It is spring of 1942, in the early days of WWII.  Evacuation orders for over 100,000 Japanese Americans living on the West Coast have been posted.  Japanese AMERICANS who’ve done nothing wrong; who love baseball and school, who own stores and homes and little white dogs, whose only crime is their ancestry, are suddenly enemy aliens and ordered to leave their homes to reside in internment camps far away.

This book is about one family’s experiences.  Told in sparse, simple prose, it focuses on the small things, the quiet details.  It feels bare.  Direct.  Subtle.  Sad.

The first chapter is told from the mother’s perspective.  The father has been taken away for questioning late at night, months before.  Taken away in his slippers and his bathrobe, with the neighbors peering out from behind their curtains.

Now the mother (never named) is making careful and necessary preparations for the rest of the family to leave their home in Berkley, California, not to join the father but to be taken to a different place. She’s packing up the house, making painful decisions about the pets, waiting for the children to come home from school.  She doesn’t know where they are going or how long they’ll be gone or who will live in their home while they are away; she only knows that they have to go and can only bring what they can carry.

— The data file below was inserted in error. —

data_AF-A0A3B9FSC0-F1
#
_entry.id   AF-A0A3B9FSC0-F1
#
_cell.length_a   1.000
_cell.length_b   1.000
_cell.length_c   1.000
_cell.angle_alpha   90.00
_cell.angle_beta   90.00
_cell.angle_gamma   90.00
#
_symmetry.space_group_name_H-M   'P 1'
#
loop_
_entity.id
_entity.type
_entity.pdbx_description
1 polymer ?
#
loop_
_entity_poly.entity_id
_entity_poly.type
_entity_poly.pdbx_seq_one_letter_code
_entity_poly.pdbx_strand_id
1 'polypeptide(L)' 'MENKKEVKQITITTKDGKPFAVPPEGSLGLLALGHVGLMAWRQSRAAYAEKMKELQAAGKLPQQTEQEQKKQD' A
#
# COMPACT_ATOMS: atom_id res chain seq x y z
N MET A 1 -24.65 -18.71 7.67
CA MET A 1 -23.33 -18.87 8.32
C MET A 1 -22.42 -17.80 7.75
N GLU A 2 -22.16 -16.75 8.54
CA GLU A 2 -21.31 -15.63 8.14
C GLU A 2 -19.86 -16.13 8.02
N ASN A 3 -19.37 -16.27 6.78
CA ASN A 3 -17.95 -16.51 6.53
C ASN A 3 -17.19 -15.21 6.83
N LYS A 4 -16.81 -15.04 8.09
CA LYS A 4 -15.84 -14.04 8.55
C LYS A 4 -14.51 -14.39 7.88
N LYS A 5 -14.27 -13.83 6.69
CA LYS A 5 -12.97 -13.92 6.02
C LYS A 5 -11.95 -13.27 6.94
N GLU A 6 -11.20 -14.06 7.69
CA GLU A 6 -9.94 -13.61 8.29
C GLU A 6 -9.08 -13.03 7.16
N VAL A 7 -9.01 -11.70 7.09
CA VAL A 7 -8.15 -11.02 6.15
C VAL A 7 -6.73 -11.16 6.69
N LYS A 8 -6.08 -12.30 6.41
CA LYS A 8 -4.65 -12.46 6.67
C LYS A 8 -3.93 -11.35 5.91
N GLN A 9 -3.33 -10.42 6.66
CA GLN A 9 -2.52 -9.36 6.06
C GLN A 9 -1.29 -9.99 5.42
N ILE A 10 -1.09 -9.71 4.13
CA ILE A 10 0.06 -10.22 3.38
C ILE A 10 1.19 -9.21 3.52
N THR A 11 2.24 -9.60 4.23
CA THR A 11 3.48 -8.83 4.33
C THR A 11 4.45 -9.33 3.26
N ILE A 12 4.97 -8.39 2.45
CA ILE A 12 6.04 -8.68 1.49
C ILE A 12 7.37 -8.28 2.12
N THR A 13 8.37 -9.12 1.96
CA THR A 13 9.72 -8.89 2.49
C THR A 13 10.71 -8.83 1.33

The next chapter is from the perspective of the eleven year old daughter, on the train and then later on a bus toward their destination in Utah.  It’s hot and they are bored, cranky, sad.  Their minds drift to other places.

The next two chapters are told by the 8 year old son/brother during the family’s time at camp and are filled with a kids view of the heat, the white dust, the cold, the hunger, the boredom, the thin walls, the cramped quarters, the lines, the barbed wire, the armed guards, the censored letters, the longing for old times, the wondering about friends at home.  Finally they do return home but things are not the same, will never be the same.